Nearly two-thirds (65%) of respondents say they would be happy to work alongside robotic technology if it meant less manual processes. This is most likely because automation acts as a work force multiplier, increasing output while reducing time wasted on repetitive and low-skilled processes. Surely then, there is a strong case for Robotic Process Automation (RPA) to be a spending priority for businesses in 2019? If technology can increase efficiencies, business leaders and decision makers will be given a great deal more time to put back into the business where it matters most.
"Technology doesn't mean organisations will lose the core of their business. It's about making efficiency gains."
Vinous Ali - techUK
want to see AI in their
daily working life
Where do you think you would see the biggest transformation in your work life if you were given back an extra 60 minutes
Time is golden in business, as in life, and technology can help businesses win this back. As described above, it can eliminate repetitive, mundane, defined processes – leaving staff to focus on what they do best. As a result, organisations will not only boost business performance but job satisfaction and wellbeing too.
If given back an extra 60 minutes per day, 42% of respondents say they would be able to plan and forecast more effectively, and 29% say it would give them some valuable thinking time for where to take the business next. With regards to wellbeing, 41% say they would enjoy their job more, while 32% say they could give back time to their friends and family.
Could automation play a leading role in resolving this over-work crisis, removing mundane tasks that are better suited to chatbots - such as scheduling meetings?
Compliance and Cyber Security
“It's wrong to think that new technology is more risky. Security is now built into products before the features are.”
Ian Massingham - Amazon Web Services
would be happy to work
alongside robotic technology
if it meant less manual processes
Compliance and Cyber Security
Organisations that fail to modernise their legacy systems and don’t adopt and integrate latest technology (which is often more secure) are leaving themselves open to targeted attacks. The potential fall-out could be devastating – from loss in revenue and a fine from the ICO through to irreversible and costly brand damage.
Do you feel new technologies (such as AI and RPA) would put your company at greater risk of a cyber attack?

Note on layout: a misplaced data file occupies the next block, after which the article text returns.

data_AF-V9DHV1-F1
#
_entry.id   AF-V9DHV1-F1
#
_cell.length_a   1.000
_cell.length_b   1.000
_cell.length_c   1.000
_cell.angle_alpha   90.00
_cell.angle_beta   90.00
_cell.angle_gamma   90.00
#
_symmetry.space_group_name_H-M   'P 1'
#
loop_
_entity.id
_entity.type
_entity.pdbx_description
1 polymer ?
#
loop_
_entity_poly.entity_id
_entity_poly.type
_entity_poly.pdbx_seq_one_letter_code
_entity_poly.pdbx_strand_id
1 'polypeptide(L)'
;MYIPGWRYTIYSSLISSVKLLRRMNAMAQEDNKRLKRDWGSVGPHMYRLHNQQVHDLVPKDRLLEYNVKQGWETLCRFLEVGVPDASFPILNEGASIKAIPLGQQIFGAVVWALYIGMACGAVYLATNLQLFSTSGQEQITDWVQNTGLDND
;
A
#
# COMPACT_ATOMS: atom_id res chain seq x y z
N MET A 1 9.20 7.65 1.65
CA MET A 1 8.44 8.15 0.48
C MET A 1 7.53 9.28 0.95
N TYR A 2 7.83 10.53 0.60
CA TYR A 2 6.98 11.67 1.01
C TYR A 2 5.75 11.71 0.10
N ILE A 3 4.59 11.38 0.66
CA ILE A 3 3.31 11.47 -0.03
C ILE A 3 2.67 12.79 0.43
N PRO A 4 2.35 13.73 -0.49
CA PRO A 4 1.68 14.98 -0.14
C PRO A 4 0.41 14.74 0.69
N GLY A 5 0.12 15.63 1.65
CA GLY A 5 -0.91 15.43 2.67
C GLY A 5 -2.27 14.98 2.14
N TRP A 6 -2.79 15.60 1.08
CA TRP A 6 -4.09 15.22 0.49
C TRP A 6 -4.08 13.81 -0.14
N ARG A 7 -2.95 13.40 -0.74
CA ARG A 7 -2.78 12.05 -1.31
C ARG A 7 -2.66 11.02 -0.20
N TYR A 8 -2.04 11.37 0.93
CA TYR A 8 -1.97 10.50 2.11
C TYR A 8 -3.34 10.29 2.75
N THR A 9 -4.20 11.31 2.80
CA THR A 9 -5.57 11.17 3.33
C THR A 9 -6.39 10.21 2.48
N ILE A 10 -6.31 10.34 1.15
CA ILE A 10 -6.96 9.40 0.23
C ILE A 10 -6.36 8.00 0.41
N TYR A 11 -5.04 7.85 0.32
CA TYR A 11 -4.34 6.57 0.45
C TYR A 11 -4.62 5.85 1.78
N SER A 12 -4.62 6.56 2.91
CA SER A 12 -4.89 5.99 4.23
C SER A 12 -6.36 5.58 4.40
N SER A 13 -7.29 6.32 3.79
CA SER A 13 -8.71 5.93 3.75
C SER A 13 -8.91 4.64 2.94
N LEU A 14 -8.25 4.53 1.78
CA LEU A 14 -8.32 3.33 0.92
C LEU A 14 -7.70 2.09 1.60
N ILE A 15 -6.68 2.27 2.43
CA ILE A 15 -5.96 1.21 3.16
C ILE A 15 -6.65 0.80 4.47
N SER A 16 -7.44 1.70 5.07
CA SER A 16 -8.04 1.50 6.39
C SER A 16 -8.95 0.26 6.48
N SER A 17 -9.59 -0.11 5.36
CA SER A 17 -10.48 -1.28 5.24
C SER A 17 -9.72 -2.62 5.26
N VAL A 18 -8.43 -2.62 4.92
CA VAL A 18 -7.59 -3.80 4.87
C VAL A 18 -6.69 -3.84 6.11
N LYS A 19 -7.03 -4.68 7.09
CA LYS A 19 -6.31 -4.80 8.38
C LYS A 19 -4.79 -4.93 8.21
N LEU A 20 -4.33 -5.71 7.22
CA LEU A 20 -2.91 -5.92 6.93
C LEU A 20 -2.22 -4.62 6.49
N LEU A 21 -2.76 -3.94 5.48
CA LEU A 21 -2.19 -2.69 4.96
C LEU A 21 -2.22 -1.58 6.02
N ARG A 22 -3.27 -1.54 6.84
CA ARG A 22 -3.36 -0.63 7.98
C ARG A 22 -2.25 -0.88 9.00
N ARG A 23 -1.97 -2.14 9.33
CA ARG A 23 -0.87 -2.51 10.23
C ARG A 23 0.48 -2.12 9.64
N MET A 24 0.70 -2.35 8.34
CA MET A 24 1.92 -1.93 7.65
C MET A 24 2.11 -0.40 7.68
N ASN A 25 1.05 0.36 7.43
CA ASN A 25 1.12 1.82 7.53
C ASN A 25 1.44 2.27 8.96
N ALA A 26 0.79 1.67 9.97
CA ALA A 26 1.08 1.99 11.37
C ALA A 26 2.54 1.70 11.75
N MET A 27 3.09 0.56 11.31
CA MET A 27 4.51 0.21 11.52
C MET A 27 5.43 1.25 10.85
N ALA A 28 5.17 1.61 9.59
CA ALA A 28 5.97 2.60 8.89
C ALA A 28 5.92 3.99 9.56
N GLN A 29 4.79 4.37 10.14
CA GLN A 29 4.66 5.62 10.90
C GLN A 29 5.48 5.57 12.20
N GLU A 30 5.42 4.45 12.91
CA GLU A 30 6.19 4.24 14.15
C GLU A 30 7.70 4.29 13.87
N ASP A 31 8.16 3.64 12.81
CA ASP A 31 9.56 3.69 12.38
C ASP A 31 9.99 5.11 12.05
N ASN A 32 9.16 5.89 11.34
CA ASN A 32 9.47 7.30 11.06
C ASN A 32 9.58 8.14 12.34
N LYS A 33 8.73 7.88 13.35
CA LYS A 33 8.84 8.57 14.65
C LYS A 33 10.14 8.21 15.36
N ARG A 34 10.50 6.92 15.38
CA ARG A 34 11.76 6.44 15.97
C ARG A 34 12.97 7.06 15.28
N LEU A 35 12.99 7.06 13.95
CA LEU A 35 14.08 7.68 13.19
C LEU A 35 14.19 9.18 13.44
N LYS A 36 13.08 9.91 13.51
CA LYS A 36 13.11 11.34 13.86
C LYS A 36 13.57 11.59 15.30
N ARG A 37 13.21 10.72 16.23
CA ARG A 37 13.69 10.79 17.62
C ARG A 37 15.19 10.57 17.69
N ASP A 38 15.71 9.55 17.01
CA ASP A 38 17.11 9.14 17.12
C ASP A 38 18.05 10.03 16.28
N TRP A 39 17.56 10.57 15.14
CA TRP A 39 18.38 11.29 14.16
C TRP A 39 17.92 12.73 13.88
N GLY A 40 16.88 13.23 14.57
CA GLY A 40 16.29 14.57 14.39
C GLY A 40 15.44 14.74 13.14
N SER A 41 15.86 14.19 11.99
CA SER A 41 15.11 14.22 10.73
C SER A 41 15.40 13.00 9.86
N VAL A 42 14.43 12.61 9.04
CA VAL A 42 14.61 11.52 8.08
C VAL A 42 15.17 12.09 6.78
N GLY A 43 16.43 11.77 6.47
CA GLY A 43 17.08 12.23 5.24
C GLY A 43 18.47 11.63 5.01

The findings from our research show that fears around cyber security could be deterring some organisations from moving forward with their digital transformation projects – and therefore embracing these tools. In fact, 43% think new technologies would put their company at greater risk of an attack while 32% don’t know. That leaves just 26% of respondents who are confident that AI and RPA aren’t less secure.
Would you take the risk of investing in innovative technology if it was less secure than existing solutions?
The perceived greater risks of an attack are not putting off 31% of organisations, however, who say they would be prepared to take the risk of investing in innovative technology even if it would be less secure than their existing solutions. For many, then, the positives outweigh the negatives.
Leadership and Workforce
"Every business needs a strategy on how to get people engaged if they are to embrace new technologies."
Robin Jackson - 3VB
Leadership and Workforce
Successful digital transformation calls for a digital pioneer in every organisation - someone who can take the lead and ensure that technology is adopted with enthusiasm and confidence by all. The question is – who is responsible for driving change? Our survey suggests the answer is unclear.
Who is driving technology change in your organisation?
There is no clear remit for this change management and, disappointingly, only a small number of senior leaders are taking charge. However, if the C-Suite champions the adoption of technology, they can ensure that any digital strategy aligns with the overall business strategy, and that it’s led from the top and ripples down across the organisation successfully.
What’s critical for change management to work, however, is that the C-Suite listens to and works closely with their employees to find out their pain points (and those of their customers) and agree which digital tools can help. Otherwise, they risk creating a disconnect between staff and senior leaders, thinking that technology is working effectively when in reality, it might not be.
How confident are you in the leadership of your company to create and run a modern digital infrastructure?
Reassuringly, 78% of respondents say they are confident in the leadership of their company to create and run a modern digital infrastructure. It’s a 9% increase on last year’s survey findings, which suggests that leaders are doing a better job at driving technology change. That said, only 39% of respondents this year think having a strong digital skill-set is the most important attribute for a leader in the digital era (compared to 45% in 2017). The most important attribute is the ability to reimagine the organisation and embrace change (63%).